Journal: Chemical Communications
Affiliations: 6Go to article
A new order in solar cells
Scientists have developed an innovative technique for altering the crystalline structure of titanium dioxide. This could lead to better performing solar cells and new catalytic and energy storage technologies, according to a study published in Chemical Communications.
Titanium dioxide (TiO2) nanoparticles are critical components of dye-sensitized solar cells (DSCs), where they generate an electric current by absorbing ultraviolet light. However, the most common form of TiO2, referred to as P25, contains localized regions of disordered oxygen and titanium atoms that significantly reduce the efficiency of DSCs.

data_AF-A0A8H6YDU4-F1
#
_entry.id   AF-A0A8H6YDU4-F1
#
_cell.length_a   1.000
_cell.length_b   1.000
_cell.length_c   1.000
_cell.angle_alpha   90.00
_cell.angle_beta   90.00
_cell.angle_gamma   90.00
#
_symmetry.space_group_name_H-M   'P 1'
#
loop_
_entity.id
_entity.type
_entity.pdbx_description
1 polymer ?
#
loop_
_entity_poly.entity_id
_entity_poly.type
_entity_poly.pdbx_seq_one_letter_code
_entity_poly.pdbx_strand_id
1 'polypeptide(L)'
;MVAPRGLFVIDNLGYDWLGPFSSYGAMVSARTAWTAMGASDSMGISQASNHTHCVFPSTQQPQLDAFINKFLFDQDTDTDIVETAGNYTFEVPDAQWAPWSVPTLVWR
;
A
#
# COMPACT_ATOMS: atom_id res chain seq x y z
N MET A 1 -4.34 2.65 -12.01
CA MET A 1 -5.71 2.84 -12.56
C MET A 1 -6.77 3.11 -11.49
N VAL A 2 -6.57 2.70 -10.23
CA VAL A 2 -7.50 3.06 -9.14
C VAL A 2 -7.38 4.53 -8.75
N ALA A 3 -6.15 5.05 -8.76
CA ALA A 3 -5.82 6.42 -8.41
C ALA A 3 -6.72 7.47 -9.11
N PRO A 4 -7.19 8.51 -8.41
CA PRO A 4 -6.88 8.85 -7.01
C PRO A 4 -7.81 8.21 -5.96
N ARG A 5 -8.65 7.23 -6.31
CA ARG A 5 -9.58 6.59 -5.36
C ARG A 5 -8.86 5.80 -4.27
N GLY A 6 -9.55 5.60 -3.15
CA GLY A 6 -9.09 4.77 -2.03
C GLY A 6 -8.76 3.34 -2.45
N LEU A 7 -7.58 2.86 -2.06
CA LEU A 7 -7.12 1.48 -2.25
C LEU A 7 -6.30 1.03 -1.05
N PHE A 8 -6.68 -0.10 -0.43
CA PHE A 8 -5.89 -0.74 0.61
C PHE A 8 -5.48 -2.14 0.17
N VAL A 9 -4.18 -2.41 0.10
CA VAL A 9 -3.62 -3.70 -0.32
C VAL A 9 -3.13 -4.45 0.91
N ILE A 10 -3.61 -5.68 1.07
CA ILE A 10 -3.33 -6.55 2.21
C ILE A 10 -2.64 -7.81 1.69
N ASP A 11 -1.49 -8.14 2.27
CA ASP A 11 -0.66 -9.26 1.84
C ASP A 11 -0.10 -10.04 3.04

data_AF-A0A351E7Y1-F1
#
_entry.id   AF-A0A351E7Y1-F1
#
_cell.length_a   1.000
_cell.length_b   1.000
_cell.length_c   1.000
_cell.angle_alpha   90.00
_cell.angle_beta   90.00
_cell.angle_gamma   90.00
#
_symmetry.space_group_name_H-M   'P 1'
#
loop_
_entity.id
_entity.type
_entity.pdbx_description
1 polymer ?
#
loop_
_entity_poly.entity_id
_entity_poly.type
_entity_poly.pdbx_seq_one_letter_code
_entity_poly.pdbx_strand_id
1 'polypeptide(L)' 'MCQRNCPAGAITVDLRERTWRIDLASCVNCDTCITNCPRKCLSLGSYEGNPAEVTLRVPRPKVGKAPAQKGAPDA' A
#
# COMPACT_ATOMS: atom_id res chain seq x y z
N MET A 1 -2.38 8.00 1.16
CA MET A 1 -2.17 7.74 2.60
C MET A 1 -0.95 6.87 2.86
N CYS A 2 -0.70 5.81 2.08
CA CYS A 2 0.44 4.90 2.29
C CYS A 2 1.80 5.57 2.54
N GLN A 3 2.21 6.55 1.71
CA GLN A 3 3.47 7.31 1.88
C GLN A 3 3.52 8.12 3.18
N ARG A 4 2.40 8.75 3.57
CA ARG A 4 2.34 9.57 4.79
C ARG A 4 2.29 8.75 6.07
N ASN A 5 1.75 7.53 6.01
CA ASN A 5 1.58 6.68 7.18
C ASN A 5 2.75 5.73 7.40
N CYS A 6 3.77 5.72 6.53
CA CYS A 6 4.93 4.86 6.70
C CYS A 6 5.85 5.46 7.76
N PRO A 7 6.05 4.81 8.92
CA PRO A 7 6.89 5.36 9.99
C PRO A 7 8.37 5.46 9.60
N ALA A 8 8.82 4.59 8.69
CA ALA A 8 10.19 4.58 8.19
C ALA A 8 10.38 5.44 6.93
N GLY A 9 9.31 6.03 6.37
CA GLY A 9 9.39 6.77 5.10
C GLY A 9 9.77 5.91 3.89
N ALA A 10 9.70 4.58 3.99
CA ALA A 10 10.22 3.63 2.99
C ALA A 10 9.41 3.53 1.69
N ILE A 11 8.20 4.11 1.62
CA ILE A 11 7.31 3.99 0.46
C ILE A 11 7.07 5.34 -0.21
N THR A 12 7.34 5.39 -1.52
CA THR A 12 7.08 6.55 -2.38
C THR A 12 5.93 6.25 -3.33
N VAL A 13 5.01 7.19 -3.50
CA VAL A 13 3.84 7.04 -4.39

an international team of scientists, including
researchers from the University of Wollongong, has developed a new technique
that uses a hydrothermal treatment to selectively remove non-crystalline regions from P25,
leading to DSCs with efficiencies 44 per cent higher than those with unmodified
work could lead to
better performing photocatalytic, battery and super-capacitor devices.
- Chem. Comm. 54, 381-384 (2017). doi: 10.1039/c7cc07559f
|University of Wollongong (UOW), Australia||0.61|
|WPI International Center for Materials Nanoarchitectonics (WPI-MANA), NIMS, Japan||0.25|
|University of Karbala (UOK), Iraq||0.07|
|The University of Queensland (UQ), Australia||0.07|